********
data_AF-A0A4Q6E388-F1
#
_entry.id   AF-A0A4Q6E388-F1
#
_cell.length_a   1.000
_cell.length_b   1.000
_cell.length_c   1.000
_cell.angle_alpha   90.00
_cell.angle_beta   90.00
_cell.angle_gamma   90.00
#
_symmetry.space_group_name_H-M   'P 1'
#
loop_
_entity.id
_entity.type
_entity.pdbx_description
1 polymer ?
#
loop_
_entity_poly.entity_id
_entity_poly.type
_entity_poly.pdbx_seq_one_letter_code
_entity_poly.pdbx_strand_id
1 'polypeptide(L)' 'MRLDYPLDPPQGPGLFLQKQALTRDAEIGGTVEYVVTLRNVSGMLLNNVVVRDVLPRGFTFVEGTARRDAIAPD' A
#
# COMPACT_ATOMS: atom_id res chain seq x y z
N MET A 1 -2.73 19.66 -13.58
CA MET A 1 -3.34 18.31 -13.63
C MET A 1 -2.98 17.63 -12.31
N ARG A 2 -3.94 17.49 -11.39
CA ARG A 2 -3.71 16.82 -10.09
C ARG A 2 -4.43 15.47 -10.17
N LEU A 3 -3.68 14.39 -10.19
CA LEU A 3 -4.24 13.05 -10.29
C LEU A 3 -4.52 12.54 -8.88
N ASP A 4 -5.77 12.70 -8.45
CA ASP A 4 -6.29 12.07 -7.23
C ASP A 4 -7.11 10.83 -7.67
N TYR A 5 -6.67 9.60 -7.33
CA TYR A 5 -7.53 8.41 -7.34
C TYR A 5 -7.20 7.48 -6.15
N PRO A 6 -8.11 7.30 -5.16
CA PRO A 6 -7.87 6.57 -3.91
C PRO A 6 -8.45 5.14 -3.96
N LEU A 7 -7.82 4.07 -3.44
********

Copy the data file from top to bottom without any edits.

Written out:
data_AF-A0A4Q6E388-F1
#
_entry.id   AF-A0A4Q6E388-F1
#
_cell.length_a   1.000
_cell.length_b   1.000
_cell.length_c   1.000
_cell.angle_alpha   90.00
_cell.angle_beta   90.00
_cell.angle_gamma   90.00
#
_symmetry.space_group_name_H-M   'P 1'
#
loop_
_entity.id
_entity.type
_entity.pdbx_description
1 polymer ?
#
loop_
_entity_poly.entity_id
_entity_poly.type
_entity_poly.pdbx_seq_one_letter_code
_entity_poly.pdbx_strand_id
1 'polypeptide(L)' 'MRLDYPLDPPQGPGLFLQKQALTRDAEIGGTVEYVVTLRNVSGMLLNNVVVRDVLPRGFTFVEGTARRDAIAPD' A
#
# COMPACT_ATOMS: atom_id res chain seq x y z
N MET A 1 -2.73 19.66 -13.58
CA MET A 1 -3.34 18.31 -13.63
C MET A 1 -2.98 17.63 -12.31
N ARG A 2 -3.94 17.49 -11.39
CA ARG A 2 -3.71 16.82 -10.09
C ARG A 2 -4.43 15.47 -10.17
N LEU A 3 -3.68 14.39 -10.19
CA LEU A 3 -4.24 13.05 -10.29
C LEU A 3 -4.52 12.54 -8.88
N ASP A 4 -5.77 12.70 -8.45
CA ASP A 4 -6.29 12.07 -7.23
C ASP A 4 -7.11 10.83 -7.67
N TYR A 5 -6.67 9.60 -7.33
CA TYR A 5 -7.53 8.41 -7.34
C TYR A 5 -7.20 7.48 -6.15
N PRO A 6 -8.11 7.30 -5.16
CA PRO A 6 -7.87 6.57 -3.91
C PRO A 6 -8.45 5.14 -3.96
N LEU A 7 -7.82 4.07 -3.44